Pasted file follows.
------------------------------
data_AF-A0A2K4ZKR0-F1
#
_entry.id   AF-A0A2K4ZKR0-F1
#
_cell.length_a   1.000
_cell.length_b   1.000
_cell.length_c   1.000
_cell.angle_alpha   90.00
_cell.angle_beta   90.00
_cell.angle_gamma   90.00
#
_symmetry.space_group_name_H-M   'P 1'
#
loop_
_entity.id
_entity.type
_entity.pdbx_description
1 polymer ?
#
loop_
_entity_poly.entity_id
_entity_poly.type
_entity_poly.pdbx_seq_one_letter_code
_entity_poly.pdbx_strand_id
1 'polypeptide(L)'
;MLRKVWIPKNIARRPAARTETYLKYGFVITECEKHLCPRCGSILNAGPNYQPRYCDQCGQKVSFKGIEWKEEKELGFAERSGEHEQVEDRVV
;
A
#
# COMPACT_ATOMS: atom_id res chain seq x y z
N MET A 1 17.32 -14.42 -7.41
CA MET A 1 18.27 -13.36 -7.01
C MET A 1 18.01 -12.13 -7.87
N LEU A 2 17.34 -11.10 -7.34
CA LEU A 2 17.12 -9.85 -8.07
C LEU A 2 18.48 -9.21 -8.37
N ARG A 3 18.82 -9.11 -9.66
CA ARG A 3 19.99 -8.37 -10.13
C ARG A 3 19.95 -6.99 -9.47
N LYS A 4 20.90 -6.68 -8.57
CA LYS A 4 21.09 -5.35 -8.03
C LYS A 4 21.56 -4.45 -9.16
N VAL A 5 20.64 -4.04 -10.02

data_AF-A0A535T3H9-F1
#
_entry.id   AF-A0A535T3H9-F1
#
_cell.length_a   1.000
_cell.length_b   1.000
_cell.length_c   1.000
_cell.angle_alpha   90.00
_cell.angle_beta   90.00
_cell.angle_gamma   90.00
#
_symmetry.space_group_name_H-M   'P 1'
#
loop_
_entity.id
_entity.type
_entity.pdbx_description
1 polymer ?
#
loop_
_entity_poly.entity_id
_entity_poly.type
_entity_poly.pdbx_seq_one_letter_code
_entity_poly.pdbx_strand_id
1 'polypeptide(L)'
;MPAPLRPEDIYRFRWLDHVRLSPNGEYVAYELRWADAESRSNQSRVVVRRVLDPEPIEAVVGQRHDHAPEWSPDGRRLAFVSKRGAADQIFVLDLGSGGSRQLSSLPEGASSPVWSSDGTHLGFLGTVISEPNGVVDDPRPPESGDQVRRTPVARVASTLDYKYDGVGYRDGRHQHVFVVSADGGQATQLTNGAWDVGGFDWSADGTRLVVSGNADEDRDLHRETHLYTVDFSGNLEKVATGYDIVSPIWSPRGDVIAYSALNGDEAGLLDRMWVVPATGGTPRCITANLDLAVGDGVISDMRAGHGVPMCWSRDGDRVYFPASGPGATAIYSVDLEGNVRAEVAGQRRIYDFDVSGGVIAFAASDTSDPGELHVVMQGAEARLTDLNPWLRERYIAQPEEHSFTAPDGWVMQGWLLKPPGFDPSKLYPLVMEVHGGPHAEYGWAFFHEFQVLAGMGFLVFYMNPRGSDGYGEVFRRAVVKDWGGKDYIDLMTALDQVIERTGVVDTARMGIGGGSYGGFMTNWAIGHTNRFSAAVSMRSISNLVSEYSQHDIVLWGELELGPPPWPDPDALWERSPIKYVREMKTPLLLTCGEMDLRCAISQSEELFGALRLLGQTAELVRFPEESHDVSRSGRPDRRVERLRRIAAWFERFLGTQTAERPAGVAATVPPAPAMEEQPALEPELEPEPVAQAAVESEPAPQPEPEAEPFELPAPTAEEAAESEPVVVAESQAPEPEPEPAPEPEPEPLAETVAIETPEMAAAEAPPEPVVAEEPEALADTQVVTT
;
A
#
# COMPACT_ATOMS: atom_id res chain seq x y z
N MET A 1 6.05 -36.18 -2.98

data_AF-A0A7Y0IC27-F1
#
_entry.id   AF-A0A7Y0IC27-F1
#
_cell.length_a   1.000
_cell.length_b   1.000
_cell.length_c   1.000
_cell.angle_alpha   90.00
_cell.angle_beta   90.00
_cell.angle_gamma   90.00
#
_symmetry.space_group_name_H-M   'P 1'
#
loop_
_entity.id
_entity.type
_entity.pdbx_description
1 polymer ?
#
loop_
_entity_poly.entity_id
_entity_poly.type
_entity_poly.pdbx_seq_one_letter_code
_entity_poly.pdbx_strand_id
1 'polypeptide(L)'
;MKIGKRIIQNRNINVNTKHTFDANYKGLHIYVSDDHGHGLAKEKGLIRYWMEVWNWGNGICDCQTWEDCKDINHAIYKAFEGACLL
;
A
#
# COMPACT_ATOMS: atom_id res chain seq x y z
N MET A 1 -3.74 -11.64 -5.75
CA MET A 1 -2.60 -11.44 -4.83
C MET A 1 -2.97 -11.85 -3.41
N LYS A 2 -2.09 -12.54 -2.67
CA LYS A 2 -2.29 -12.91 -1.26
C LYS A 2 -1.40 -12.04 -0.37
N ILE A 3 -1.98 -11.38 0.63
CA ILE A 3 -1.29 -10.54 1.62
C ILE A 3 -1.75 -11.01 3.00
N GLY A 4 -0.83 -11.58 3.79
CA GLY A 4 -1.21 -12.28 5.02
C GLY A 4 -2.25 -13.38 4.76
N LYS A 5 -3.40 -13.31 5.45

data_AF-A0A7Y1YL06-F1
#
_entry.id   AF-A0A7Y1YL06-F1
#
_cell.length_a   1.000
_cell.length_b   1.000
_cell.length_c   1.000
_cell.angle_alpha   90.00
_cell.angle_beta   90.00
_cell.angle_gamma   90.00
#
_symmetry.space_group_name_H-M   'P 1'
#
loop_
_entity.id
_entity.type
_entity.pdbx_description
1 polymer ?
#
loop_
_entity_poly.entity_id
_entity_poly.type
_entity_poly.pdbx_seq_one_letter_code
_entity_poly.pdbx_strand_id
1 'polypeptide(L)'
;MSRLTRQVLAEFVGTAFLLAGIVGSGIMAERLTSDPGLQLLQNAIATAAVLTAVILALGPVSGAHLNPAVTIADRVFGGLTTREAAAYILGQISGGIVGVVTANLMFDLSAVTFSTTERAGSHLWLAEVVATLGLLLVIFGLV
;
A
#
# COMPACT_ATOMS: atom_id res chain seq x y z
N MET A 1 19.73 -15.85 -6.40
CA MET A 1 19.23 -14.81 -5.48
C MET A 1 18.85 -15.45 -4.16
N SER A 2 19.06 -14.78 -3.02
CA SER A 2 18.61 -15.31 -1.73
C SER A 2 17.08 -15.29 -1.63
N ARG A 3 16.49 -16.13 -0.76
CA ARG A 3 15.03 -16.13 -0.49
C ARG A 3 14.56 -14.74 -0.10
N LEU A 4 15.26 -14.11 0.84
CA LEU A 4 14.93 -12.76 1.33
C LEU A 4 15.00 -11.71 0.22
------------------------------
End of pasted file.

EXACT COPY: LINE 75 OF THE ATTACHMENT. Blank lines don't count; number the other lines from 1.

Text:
data_AF-A0A7Y0IC27-F1